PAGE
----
NASA terminates a $ 97 million contract with OrbitBeyond, a New Jersey-based company that plans to build robotic landing moons in Florida just two months after announcing an agreement to send scientific instruments to the lunar surface immediately as next year.
OrbitBeyond notified NASA of "internal corporate challenges that will impede the timely completion of its assigned task order," the space agency said in a statement Monday.
NASA announced contracts with OrbitBeyond, Astrobotic and Intuitive Machines on May 31, costing a combined $ 253.5 million to fly scientific flights to the moon in three landing missions in 2020 and 2021.
At that time, OrbitBeyond stated that it could make an unmanned moon landing in September 2020.
NASA said OrbitBeyond requested that it be released from its contract agreement and the space agency fulfilled the request. Officials terminated NASA's order with OrbitBeyond effective July 28, on "terms mutually agreed upon by both parties," the space agency said in a statement.
The officials did not publish any other details regarding the reason for the termination of the contract.
NASA has stated that the termination of the OrbitBeyond contract does not affect the lunar landing missions planned for July 2021 by Astrobotic and Intuitive Machines.
OrbitBeyond remains one of nine companies eligible to compete for future NASA Lunar Payload Services Lunar Payload Services, or CLPS, program.
NASA selected nine commercial vendors last year to promote the development of privately owned lunar landers to achieve a regular frequency of robotic moon landings, similar to the model introduced by NASA for cargo and cargo transportation services to International Space Station.
The CLPS program is also a precursor to the purchase of a large number of NASA r, human-rated lunar landlords to transport astronauts to the space surface of the Space Agency's Artemis program. NASA officials described the CLPS program as an experiment to test contracting mechanisms and the trade industry's willingness to play a larger role in a moon exploration campaign.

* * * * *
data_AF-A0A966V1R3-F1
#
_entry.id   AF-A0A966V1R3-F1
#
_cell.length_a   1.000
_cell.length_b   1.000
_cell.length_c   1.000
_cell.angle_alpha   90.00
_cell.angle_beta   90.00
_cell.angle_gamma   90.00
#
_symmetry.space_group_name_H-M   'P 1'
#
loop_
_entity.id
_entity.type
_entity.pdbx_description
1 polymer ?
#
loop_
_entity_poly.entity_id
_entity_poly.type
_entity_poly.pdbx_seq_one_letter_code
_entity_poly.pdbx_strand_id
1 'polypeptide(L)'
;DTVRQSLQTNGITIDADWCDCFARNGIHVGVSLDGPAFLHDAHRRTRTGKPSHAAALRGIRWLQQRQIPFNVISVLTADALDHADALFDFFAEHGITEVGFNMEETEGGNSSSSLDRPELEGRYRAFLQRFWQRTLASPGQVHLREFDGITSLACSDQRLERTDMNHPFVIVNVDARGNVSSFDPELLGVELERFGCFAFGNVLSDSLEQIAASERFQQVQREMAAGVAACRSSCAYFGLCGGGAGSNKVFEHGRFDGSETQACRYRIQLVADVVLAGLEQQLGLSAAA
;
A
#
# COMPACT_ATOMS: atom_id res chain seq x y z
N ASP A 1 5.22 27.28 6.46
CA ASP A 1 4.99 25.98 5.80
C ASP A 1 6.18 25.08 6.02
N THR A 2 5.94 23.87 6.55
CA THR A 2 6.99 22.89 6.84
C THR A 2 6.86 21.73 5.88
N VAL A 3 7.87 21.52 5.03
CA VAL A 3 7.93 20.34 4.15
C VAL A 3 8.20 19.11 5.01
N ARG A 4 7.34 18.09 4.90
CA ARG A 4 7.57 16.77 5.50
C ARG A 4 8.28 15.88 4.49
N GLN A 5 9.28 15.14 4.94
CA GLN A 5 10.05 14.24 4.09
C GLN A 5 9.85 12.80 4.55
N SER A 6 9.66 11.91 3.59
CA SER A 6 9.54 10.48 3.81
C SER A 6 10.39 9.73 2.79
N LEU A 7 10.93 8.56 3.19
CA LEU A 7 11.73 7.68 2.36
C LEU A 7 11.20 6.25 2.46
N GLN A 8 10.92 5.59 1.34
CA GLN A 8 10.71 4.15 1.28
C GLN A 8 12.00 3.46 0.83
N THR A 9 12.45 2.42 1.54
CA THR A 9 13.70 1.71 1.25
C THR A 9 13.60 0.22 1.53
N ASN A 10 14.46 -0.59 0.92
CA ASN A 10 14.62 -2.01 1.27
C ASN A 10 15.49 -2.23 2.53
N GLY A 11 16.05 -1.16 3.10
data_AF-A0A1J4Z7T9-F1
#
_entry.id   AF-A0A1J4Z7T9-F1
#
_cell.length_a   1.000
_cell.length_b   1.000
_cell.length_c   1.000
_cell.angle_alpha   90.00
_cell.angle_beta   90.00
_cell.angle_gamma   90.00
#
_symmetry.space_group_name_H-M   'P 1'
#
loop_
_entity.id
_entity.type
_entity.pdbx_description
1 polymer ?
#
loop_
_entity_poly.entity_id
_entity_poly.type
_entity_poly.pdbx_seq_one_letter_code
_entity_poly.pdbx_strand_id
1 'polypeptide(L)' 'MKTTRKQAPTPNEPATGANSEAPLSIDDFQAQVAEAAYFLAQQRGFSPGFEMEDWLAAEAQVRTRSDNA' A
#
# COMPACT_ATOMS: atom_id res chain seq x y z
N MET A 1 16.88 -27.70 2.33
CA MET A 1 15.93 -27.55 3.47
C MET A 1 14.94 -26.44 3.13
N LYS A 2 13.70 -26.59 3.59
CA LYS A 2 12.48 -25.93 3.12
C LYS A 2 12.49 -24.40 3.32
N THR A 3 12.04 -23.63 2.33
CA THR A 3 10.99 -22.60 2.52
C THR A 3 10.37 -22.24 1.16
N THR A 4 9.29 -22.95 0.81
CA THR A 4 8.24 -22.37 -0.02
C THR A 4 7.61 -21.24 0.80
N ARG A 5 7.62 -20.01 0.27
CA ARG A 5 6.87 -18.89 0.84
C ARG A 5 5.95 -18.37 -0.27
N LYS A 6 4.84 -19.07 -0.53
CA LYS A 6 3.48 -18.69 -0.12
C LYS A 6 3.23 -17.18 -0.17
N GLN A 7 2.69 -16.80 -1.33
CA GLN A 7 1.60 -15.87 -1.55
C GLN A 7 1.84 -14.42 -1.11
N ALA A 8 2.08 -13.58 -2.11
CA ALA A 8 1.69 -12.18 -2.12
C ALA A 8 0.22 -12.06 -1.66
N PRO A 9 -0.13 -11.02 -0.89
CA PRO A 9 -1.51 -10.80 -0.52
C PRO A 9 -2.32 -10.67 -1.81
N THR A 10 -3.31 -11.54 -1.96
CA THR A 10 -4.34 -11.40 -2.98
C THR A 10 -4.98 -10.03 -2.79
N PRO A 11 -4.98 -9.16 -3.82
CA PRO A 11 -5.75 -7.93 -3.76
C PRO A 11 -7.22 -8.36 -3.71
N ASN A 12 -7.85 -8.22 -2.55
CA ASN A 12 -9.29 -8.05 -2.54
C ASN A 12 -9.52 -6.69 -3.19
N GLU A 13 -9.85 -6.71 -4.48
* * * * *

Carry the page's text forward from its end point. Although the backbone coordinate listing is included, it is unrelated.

"We know that CLPS missions will be challenging for various reasons, and they may not always succeed," said Thomas Zurbbuchen, head of NASA's Washington mission for science. "We are ready to take any risk to get back on the moon quickly with our trading partners and make exciting developments in science and technology with wide applications."
Under the terms of a canceled contract with NASA, OrbitBeyond & Z -01 the lander had to carry up to four NASA payloads to the lunar surface, directing a touch into the lunar zone of Mare Imbrium, a lava plane near the lunar side.
The OrbitBeyond Casket is based on a design developed by TeamIndus, an Indian team that once competed for the Google Lunar X Award. TeamIndus is not eligible to compete for CLPS contracts open to US companies on its own.
OrbitBeyond plans to reuse the design of the Indian team for the Z-01 mission in 2020. The golf cart is sized and will carry up to 90 pounds (40 kilograms) of payloads to the moon's surface.
Siba Padhi, president and CEO of OrbitBeyond, said in May that the company was still in the process of securing full funding for the development of the Z-01. The NASA contract with OrbitBeyond is designed to pay for services and does not fund the upfront development costs that must come from sources other than the CLPS program.
OrbitBeyond considers Ceres Robotics and Honeybee Robotics as key partners in its commercial moon landing program.
The Z-01 landing mission was intended to launch as a secondary payload on the SpaceX Falcon 9 rocket.
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